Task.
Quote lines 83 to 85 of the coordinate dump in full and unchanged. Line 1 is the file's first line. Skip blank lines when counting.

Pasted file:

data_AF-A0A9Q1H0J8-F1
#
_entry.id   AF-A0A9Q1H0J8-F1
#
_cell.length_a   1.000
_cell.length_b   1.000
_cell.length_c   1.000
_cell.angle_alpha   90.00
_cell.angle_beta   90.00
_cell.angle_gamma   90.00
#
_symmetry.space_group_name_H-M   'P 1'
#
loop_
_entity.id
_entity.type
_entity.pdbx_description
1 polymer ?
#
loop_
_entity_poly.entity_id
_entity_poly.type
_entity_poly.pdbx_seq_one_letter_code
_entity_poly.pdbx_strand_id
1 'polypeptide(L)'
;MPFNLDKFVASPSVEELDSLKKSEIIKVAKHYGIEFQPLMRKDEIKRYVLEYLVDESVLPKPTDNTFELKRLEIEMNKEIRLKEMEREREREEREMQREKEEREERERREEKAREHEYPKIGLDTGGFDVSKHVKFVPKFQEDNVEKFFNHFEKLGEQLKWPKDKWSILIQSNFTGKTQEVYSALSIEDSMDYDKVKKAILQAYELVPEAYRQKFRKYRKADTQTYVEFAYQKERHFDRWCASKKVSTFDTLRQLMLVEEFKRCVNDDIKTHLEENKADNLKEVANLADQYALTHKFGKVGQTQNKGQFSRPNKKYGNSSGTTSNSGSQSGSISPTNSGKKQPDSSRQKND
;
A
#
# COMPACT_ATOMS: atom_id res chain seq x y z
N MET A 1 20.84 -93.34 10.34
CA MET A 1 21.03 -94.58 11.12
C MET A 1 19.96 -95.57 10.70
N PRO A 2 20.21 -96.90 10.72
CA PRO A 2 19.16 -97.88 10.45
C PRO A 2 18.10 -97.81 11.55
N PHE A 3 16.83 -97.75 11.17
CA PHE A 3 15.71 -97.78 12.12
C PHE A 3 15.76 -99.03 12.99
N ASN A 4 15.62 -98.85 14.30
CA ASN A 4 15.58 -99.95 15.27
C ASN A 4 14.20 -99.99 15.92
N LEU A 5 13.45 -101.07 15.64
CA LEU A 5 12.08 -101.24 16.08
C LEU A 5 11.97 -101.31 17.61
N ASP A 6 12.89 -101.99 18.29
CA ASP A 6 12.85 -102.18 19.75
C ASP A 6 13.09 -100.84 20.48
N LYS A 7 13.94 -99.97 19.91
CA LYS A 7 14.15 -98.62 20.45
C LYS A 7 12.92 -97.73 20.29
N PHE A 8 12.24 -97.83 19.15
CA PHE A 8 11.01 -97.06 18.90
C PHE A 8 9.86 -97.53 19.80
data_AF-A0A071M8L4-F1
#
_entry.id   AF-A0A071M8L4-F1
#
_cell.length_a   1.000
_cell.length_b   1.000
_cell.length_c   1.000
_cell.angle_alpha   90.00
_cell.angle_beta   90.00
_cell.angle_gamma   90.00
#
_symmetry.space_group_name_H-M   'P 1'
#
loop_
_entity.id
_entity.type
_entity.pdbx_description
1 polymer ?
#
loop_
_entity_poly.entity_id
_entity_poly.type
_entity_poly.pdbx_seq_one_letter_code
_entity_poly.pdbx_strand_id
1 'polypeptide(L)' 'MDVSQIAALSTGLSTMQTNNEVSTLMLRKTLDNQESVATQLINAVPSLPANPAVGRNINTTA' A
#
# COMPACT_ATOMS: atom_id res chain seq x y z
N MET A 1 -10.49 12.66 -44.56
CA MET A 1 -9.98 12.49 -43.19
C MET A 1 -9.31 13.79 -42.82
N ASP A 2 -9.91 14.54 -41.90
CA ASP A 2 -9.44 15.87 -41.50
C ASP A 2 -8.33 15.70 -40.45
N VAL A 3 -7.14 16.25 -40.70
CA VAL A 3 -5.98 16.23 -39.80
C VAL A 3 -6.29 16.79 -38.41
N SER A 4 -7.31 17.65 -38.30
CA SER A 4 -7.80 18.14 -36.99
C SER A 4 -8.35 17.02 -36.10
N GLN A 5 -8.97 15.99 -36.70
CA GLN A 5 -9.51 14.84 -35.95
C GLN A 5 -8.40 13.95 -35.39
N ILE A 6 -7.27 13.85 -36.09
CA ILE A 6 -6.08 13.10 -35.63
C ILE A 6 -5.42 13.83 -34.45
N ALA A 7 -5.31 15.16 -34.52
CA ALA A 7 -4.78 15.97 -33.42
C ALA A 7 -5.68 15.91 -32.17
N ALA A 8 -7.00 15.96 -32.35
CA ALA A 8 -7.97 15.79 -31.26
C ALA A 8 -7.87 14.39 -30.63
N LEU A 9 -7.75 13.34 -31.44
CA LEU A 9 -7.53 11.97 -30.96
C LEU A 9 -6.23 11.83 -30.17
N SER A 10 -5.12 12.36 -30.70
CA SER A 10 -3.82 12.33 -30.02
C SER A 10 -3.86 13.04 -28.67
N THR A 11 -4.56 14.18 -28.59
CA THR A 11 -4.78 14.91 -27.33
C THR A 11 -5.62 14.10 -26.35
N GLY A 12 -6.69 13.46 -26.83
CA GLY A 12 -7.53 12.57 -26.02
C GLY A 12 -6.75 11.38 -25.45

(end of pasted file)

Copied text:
CA MET A 1 -9.98 12.49 -43.19
C MET A 1 -9.31 13.79 -42.82
N ASP A 2 -9.91 14.54 -41.90